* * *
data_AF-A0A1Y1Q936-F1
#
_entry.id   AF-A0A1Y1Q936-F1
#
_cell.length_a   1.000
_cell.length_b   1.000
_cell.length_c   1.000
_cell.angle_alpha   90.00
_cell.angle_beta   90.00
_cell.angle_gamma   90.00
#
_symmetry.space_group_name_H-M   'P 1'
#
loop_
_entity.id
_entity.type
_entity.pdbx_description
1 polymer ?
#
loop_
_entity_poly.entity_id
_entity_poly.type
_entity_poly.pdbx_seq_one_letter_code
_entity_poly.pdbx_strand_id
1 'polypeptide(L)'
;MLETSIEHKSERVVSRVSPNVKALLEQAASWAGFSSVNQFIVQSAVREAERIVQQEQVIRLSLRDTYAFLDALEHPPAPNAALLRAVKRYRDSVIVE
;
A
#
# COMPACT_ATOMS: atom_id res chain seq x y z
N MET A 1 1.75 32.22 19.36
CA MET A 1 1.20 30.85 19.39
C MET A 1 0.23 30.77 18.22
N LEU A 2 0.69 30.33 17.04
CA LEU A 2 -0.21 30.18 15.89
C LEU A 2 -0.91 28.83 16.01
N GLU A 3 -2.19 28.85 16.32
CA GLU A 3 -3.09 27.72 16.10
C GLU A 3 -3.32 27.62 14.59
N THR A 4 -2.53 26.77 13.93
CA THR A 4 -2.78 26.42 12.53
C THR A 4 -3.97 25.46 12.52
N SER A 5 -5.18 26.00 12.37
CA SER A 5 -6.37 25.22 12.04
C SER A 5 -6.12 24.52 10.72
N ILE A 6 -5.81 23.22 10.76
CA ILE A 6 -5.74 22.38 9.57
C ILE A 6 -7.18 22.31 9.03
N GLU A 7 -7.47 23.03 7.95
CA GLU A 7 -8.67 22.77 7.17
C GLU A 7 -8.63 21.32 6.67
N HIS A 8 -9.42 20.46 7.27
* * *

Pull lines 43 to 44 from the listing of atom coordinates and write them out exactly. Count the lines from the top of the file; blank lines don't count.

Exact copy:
N SER A 5 -5.18 26.00 12.37
CA SER A 5 -6.37 25.22 12.04